|70-79||16 244||19 979||23 207|
|80 or above||1 232||1 399||1 444|
|Total||210 524||206 866||203 027|
According to the estimate of the Transport Department (TD), the current number of active taxi drivers is about 46 000. To attract more new blood to join the taxi industry, the Government has relaxed the requirement for applying a commercial vehicle (including taxi) driving licence since October 1, 2020, from the original requirement that the applicant must have held a driving licence of private car or light goods vehicle for at least three years to at least one year. In addition, the TD has also enhanced the taxi written test with effect from February 14, 2020, including adjusting the content, number of questions and passing criteria such that the examination can better suit the practical needs, with a view to attracting more new comers who are interested in joining the taxi trade and thereby alleviating the problem of manpower shortage in the trade.
(3) The Government has been maintaining close communication with the taxi trade to explore suitable measures to assist the trade in enhancing the service quality and improving its operating environment. We are aware of the suggestion of allowing taxis to adopt flexible fares, such as charging a higher fare during peak hours and late-night periods. In fact, at present, passengers can voluntarily provide tips according to their needs when hailing taxis through telephone or mobile applications to speed up the matching process during peak hours or for passengers with special needs. We consider that the existing arrangement can already provide sufficient flexibility for taxi drivers to efficiently respond to the passenger demand.
The Government has all along committed to promoting the concept of "Transport for All" and has been working with public transport operators to improve public transport facilities and establish a barrier-free transport system to take care of the needs of various passenger groups including the elderly and persons with disabilities. At present, there are around 2 000 wheelchair-accessible taxis in the market. In view of the actual needs of different wheelchair-bound passengers (e.g. some larger electric wheelchairs may require more spacious taxi compartments), the Government is actively discussing with the taxi trade and vehicle suppliers on the introduction of other taxi models that can carry wheelchair-bound passengers, so as to facilitate the introduction of new taxi models while ensuring vehicle safety. In addition, the Government also provides subvention for the operation of the Rehabus service to provide point-to-point special transport services for persons with disabilities who have difficulties in using general public transport. As regards the suggestion of providing subsidies to each taxi driver who carries wheelchair-bound passengers, it involves the use of public money and the Government must be careful and prudent in considering the matter.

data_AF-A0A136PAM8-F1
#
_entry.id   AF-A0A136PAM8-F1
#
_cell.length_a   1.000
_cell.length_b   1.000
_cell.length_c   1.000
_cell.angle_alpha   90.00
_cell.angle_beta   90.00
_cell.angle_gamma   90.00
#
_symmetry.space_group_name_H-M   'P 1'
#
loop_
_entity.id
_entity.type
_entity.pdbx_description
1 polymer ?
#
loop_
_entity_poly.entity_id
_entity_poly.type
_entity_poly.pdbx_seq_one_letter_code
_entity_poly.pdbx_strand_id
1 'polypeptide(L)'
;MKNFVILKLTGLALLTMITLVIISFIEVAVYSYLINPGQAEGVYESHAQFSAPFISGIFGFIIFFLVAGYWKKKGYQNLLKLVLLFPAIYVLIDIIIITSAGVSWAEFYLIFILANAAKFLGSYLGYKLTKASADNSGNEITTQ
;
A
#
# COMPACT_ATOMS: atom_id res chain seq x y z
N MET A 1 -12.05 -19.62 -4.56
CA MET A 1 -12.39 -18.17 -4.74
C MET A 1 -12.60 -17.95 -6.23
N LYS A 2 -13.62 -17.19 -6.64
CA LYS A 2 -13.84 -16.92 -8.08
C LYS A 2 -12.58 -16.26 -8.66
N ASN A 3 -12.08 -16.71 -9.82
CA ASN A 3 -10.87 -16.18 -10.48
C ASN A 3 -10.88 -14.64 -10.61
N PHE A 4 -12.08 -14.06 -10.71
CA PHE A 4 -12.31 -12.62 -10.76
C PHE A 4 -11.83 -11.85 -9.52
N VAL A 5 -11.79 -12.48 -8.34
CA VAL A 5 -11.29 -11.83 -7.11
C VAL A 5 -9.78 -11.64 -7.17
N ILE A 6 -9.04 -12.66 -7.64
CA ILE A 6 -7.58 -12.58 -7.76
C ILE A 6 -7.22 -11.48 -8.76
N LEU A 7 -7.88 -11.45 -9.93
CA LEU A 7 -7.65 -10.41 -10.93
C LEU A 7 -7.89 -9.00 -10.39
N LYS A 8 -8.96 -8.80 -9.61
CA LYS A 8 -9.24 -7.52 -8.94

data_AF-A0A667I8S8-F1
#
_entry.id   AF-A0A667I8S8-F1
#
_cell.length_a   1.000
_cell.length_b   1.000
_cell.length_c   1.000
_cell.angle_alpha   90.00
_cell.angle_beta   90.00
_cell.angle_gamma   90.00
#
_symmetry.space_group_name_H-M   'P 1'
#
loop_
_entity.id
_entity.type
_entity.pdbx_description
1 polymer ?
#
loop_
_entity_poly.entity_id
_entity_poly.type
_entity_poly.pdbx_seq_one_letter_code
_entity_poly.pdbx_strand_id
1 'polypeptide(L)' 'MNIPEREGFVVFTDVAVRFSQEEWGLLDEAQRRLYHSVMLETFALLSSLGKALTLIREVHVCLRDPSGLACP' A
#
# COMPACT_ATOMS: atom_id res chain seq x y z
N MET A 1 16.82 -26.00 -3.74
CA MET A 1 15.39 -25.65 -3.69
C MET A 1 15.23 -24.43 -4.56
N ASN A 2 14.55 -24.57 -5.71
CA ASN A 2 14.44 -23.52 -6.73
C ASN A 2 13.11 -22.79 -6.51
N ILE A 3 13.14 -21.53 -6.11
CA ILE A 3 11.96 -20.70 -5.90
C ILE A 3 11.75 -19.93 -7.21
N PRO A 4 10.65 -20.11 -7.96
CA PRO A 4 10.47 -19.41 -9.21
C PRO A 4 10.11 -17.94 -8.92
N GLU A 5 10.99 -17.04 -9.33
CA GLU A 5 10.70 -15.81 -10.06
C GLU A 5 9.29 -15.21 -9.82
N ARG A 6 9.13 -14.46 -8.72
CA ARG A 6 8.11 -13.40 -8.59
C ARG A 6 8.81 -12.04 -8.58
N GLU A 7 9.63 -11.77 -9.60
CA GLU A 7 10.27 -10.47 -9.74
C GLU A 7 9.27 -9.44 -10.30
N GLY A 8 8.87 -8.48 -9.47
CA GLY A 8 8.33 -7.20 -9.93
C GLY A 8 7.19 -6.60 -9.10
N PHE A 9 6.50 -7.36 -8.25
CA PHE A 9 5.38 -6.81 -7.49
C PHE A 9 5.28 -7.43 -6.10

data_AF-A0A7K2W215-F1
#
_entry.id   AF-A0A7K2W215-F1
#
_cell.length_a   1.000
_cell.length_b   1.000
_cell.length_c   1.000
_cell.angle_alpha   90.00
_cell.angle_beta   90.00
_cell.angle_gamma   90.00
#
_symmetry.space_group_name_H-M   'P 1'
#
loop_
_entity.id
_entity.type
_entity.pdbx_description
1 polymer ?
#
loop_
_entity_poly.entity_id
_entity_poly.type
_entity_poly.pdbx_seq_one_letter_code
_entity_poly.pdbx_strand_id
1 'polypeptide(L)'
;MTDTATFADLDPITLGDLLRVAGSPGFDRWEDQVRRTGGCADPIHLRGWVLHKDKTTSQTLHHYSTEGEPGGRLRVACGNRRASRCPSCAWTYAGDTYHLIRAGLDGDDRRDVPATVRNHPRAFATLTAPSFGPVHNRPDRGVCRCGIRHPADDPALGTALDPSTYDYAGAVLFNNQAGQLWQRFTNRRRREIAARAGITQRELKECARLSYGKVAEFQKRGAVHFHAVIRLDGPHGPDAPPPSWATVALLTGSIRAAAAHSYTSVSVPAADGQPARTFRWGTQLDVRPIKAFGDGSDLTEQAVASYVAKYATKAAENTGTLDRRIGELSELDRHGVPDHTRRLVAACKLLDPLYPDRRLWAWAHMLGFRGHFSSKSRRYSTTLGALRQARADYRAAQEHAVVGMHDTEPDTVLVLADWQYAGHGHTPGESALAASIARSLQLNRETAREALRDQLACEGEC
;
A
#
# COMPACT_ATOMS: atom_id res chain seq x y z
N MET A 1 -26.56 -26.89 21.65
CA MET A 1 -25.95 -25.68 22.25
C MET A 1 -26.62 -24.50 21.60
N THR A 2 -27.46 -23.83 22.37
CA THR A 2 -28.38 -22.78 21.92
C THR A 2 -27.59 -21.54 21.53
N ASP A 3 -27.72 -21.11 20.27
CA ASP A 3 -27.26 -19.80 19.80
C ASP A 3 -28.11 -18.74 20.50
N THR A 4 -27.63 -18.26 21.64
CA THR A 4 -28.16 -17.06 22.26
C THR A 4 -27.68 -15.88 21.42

On the loan front, in view of the continued impact on the transport sector by the pandemic, the Hong Kong Monetary Authority (HKMA) together with the Banking Sector SME Lending Coordination Mechanism (Mechanism) announced in September 2021 that the Pre-approved Principal Payment Holiday Scheme would be further extended for another six months to end-April 2022. Also, the HKMA and the Mechanism have suggested that banks should exercise greater flexibility in handling new financing applications from taxi operators for vehicle replacement. Banks do not need to rigidly adhere to the 85 per cent loan-to-value ratio cap, provided that prudent risk management principles are observed and new loans are only used for the purchase of new vehicles. In order to further alleviate the cash-flow pressure faced by the transport sector, the Mechanism encourages banks to actively consider extending the maximum loan tenors for existing taxi loans from 25 years to 30 years with regard to the situation of individual borrowers. Moreover, the Government has announced extending the application period of the Special 100% Loan Guarantee under the SME Financing Guarantee Scheme (the Scheme) till end-June 2022 and extending the maximum duration of principal moratorium under the Scheme from 18 months to 24 months; the application period for principal moratorium has also been extended to end-June 2022.
Note: Given the relatively small number of Lantau taxis and that the intra-district public transport within Lantau are mainly buses and taxis, there is no fare differential set for Lantau taxis.
Ends/Wednesday, September 29, 2021
Issued at HKT 14:00
Issued at HKT 14:00